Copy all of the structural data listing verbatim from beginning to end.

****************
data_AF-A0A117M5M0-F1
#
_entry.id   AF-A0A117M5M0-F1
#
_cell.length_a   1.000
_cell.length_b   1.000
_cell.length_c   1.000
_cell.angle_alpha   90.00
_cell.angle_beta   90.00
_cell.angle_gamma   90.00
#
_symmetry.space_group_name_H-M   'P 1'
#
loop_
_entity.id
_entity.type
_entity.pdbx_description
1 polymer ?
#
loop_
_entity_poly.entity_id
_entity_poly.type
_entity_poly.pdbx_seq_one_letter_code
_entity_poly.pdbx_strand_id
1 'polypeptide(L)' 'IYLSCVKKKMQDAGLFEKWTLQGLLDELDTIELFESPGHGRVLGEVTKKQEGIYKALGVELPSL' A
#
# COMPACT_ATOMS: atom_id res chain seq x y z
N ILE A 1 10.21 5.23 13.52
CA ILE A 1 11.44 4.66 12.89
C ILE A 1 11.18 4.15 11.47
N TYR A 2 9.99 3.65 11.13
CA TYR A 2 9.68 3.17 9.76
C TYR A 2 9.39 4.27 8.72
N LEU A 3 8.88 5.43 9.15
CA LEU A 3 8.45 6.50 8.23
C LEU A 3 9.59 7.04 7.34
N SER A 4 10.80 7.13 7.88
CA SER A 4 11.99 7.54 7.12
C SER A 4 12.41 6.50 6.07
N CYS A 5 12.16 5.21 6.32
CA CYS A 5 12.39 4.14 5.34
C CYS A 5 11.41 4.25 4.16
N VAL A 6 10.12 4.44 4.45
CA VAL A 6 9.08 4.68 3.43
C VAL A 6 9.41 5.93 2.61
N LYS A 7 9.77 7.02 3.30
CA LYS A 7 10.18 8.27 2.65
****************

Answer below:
data_AF-A0A117M5M0-F1
#
_entry.id   AF-A0A117M5M0-F1
#
_cell.length_a   1.000
_cell.length_b   1.000
_cell.length_c   1.000
_cell.angle_alpha   90.00
_cell.angle_beta   90.00
_cell.angle_gamma   90.00
#
_symmetry.space_group_name_H-M   'P 1'
#
loop_
_entity.id
_entity.type
_entity.pdbx_description
1 polymer ?
#
loop_
_entity_poly.entity_id
_entity_poly.type
_entity_poly.pdbx_seq_one_letter_code
_entity_poly.pdbx_strand_id
1 'polypeptide(L)' 'IYLSCVKKKMQDAGLFEKWTLQGLLDELDTIELFESPGHGRVLGEVTKKQEGIYKALGVELPSL' A
#
# COMPACT_ATOMS: atom_id res chain seq x y z
N ILE A 1 10.21 5.23 13.52
CA ILE A 1 11.44 4.66 12.89
C ILE A 1 11.18 4.15 11.47
N TYR A 2 9.99 3.65 11.13
CA TYR A 2 9.68 3.17 9.76
C TYR A 2 9.39 4.27 8.72
N LEU A 3 8.88 5.43 9.15
CA LEU A 3 8.45 6.50 8.23
C LEU A 3 9.59 7.04 7.34
N SER A 4 10.80 7.13 7.88
CA SER A 4 11.99 7.54 7.12
C SER A 4 12.41 6.50 6.07
N CYS A 5 12.16 5.21 6.32
CA CYS A 5 12.39 4.14 5.34
C CYS A 5 11.41 4.25 4.16
N VAL A 6 10.12 4.44 4.45
CA VAL A 6 9.08 4.68 3.43
C VAL A 6 9.41 5.93 2.61
N LYS A 7 9.77 7.02 3.30
CA LYS A 7 10.18 8.27 2.65